1. 'The Red Room' is a pre-twentieth century short story written as a gothic mystery.

    It is as though it is their duty to warn the man of what they believe is to be his death. Another example of repetition is where the old woman keeps on repeating,' This night of all nights.' Another reason why this is important is because it helps to make

  2. To describe an old attic room.

    The elegant sparkle bouncing off the gold rims showed the boldness shape and effortless weight of the china set sitting in the corner of the room. At the far end of the attic was a grand piano.

  1. How do H.G Wells and E. Allen-Poe create an atmosphere of fear and tension ...

    There is quite a bit of interaction with the reader, the narrator always seems as though he is talking straight at the reader, once again increasing the theme of madness. Repetition of the phrase "the noise steadily increased," adds to the build up of tension in the story.

  2. How does H.G Wells use language and other devices to create suspense?

    This makes the story more suspenseful because there are three dying, witherd custodians in the house. This mat then make the reader feel that there are other more scarier things inside the house. Another example of the custodians being dehumanised is `decaying yellow teeth' This suggests to the reader that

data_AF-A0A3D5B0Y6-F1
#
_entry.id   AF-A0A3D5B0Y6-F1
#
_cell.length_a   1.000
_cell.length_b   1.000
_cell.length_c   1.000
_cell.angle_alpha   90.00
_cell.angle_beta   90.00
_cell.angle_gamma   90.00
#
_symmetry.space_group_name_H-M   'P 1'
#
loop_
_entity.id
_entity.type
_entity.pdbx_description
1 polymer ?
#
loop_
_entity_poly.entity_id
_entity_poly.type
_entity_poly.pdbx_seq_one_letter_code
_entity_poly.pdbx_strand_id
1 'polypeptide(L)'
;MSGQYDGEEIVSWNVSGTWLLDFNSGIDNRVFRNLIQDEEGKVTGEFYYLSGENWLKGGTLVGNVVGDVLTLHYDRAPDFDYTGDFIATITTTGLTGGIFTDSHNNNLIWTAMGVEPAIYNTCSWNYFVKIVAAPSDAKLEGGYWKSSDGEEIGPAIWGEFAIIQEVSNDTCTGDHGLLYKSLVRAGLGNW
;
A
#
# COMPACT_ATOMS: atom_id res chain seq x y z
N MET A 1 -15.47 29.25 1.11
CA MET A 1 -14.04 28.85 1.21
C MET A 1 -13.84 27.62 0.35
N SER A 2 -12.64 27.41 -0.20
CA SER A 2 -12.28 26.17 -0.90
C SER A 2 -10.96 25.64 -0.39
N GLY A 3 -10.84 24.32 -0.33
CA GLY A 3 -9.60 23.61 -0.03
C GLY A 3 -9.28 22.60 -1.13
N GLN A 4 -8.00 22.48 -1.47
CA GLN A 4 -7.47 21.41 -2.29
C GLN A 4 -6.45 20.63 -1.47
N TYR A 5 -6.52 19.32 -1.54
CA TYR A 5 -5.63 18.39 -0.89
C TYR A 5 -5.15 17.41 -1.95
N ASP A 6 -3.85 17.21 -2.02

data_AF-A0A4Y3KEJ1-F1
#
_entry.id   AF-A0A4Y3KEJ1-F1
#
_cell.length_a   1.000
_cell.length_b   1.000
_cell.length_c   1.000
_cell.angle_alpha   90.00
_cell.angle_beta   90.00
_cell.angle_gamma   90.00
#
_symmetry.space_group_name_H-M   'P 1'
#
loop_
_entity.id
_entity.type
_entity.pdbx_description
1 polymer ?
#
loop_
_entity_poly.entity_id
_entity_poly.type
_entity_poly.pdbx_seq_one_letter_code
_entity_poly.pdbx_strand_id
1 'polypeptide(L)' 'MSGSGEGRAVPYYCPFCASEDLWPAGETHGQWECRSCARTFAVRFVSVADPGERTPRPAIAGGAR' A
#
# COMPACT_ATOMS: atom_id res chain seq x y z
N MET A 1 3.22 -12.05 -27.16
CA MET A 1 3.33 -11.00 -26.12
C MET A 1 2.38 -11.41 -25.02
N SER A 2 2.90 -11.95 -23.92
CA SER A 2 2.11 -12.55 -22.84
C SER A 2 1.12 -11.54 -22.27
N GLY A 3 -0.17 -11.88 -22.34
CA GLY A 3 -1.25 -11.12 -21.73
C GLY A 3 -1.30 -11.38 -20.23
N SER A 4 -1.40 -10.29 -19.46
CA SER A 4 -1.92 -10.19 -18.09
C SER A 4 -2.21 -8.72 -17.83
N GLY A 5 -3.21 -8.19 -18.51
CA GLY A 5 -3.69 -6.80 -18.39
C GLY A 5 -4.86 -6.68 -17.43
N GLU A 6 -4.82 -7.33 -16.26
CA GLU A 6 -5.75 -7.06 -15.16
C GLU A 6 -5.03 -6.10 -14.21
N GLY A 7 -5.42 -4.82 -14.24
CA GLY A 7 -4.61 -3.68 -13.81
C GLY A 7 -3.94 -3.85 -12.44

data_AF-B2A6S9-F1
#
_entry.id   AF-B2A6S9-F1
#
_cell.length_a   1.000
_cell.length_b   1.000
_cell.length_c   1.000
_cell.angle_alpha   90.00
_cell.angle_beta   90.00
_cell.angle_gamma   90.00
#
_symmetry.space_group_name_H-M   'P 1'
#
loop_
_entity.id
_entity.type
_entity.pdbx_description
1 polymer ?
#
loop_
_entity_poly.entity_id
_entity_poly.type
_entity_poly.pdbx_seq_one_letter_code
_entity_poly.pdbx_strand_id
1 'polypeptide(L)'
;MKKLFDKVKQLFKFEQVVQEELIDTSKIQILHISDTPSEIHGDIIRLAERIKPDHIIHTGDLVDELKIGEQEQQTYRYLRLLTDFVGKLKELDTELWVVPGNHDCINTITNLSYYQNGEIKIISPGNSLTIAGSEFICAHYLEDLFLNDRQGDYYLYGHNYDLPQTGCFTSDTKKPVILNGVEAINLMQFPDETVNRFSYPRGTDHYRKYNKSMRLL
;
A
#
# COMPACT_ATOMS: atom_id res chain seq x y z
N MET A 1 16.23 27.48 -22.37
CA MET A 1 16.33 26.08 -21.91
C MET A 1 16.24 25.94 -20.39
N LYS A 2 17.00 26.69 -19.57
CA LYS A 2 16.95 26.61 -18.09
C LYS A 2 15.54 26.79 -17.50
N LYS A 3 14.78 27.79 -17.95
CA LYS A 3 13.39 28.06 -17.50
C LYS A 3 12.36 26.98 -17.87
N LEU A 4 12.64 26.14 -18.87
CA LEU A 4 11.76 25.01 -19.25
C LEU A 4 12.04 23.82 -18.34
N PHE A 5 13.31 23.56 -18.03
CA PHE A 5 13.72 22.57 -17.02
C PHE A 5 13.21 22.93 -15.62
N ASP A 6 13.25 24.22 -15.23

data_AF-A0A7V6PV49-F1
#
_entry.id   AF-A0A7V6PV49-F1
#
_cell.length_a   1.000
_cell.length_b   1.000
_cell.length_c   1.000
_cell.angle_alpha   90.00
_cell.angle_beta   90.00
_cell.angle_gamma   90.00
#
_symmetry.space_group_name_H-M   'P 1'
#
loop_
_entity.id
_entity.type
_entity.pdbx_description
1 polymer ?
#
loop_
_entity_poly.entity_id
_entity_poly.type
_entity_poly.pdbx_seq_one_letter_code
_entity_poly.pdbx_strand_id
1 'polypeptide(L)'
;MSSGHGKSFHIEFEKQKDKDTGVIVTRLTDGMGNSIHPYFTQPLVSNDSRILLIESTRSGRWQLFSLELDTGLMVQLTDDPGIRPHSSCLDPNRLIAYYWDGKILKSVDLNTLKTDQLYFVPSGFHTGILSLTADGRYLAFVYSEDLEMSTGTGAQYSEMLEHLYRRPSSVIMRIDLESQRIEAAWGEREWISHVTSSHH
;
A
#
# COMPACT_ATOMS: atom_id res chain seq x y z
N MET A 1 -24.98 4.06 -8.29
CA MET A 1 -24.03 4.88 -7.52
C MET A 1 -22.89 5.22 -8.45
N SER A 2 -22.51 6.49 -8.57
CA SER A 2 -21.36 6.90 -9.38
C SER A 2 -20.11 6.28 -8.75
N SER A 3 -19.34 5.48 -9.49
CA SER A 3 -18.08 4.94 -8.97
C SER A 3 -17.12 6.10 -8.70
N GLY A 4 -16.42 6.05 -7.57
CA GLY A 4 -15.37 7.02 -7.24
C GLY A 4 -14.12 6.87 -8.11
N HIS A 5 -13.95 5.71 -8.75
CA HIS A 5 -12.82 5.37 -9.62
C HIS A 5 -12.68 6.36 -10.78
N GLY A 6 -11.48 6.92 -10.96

1. How does H.G Wells use language, character and setting to build tension and fear ...

    He died on August 13, 1946, in London. The red room is a short story written by H.G Wells. The story is about a young man who does not believe in ghosts. For some reason which we don't know why he ends up staying at a particularly scary house.

  2. H.G Wells uses the setting of the short story 'The Red Room' to create ...

    It also allows the narrator to convey his or her emotions and feelings easily. The two narrators are quite different. There is a young male narrator in the Red Room; however there is an old lady writing about when she was middle aged narrating Farthing House.

  • Over 160,000 pieces
    of student written work
  • Annotated by
    experienced teachers
  • Ideas and feedback to
    improve your own work